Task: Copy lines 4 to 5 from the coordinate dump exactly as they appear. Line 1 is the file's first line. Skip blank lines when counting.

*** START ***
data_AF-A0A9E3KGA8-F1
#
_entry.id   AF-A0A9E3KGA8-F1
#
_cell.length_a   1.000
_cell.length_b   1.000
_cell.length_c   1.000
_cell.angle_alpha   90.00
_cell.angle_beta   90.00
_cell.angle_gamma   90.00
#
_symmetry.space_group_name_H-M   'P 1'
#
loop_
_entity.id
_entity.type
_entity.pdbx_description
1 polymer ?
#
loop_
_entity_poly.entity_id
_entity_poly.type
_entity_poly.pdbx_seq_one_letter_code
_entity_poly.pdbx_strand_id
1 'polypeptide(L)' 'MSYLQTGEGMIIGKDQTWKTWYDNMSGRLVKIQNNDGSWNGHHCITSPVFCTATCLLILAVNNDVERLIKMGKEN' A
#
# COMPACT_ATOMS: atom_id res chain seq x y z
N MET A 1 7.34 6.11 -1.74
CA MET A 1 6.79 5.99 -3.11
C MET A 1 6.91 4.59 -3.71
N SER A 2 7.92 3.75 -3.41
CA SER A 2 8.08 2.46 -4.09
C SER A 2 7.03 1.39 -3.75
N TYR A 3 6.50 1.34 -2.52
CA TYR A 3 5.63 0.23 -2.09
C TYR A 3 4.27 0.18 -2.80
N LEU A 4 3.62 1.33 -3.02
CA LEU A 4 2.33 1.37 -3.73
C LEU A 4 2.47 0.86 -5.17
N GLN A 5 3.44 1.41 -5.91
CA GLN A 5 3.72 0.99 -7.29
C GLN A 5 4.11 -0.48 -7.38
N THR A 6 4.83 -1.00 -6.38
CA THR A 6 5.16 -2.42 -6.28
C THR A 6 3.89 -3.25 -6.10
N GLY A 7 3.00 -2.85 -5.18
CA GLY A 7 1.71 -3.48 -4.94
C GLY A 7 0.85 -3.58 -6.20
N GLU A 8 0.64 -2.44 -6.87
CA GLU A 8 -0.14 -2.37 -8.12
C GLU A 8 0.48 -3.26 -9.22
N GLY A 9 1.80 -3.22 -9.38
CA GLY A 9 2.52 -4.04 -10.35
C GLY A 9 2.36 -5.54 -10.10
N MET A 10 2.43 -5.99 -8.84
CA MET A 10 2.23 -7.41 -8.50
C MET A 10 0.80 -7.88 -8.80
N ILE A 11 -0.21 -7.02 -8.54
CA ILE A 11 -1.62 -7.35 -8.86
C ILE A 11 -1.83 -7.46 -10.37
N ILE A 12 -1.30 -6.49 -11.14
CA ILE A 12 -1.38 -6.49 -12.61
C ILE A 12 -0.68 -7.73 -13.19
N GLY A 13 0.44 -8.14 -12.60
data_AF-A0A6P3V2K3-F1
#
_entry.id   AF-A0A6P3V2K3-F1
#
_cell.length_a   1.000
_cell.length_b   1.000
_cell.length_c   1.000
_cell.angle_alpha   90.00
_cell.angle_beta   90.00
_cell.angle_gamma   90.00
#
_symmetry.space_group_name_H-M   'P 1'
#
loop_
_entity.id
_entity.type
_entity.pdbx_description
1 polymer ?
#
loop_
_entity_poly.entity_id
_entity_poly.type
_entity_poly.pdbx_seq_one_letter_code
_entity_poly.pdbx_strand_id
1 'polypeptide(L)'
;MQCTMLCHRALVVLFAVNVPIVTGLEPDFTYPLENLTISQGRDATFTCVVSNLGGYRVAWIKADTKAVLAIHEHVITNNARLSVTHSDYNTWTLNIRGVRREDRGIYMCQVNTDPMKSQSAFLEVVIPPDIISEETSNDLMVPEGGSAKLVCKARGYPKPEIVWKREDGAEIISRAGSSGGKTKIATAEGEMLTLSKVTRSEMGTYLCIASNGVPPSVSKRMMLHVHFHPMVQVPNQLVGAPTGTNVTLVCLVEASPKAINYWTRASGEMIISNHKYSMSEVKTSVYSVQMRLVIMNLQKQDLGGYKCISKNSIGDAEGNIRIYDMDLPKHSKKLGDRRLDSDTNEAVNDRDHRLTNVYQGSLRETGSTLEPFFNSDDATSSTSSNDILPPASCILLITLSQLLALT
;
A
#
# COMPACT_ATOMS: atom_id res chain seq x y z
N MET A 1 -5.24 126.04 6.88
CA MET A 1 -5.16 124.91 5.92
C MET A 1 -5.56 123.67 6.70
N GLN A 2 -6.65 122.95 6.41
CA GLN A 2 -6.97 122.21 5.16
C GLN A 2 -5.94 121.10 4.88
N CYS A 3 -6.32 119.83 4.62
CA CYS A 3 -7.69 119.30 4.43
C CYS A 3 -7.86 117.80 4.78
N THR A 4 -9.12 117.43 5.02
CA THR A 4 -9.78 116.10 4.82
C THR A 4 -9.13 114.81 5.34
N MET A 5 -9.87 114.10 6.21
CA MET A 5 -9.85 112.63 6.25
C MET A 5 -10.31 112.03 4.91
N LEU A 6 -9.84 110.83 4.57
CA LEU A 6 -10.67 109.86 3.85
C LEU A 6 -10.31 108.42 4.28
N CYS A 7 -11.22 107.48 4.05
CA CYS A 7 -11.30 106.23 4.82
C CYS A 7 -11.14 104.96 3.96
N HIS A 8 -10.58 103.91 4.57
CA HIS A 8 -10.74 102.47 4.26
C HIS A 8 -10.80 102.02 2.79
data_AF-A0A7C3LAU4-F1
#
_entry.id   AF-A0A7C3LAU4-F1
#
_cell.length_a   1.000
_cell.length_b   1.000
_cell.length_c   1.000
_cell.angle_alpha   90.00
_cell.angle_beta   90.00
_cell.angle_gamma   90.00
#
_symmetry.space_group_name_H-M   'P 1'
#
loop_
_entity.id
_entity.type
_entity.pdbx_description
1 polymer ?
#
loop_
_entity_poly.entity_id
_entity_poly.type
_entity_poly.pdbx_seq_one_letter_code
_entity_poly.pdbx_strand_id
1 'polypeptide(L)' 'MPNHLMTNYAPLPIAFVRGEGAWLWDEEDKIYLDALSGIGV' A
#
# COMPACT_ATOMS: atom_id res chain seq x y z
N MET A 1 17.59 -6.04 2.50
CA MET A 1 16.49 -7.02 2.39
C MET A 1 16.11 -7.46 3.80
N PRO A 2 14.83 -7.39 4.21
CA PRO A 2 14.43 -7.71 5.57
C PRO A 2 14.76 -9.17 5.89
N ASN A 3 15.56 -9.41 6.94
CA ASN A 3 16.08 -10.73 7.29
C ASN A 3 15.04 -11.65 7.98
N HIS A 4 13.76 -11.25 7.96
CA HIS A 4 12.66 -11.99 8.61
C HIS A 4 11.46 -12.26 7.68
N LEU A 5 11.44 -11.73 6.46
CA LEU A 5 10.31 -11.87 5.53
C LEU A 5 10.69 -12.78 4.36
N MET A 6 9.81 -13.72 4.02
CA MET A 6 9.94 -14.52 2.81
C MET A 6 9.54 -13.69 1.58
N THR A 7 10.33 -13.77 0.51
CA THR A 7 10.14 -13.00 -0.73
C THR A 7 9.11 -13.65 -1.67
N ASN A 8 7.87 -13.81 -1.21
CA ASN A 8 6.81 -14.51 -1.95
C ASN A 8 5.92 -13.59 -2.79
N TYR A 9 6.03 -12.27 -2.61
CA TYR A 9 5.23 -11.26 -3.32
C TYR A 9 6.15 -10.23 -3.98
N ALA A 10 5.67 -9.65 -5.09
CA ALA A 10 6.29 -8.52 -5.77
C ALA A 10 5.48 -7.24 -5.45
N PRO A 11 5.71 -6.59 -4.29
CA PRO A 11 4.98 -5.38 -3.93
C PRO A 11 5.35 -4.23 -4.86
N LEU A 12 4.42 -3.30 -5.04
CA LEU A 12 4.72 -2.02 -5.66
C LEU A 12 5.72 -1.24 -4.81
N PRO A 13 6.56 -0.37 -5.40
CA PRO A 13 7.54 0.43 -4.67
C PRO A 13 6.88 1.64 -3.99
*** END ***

#
_cell.length_a   1.000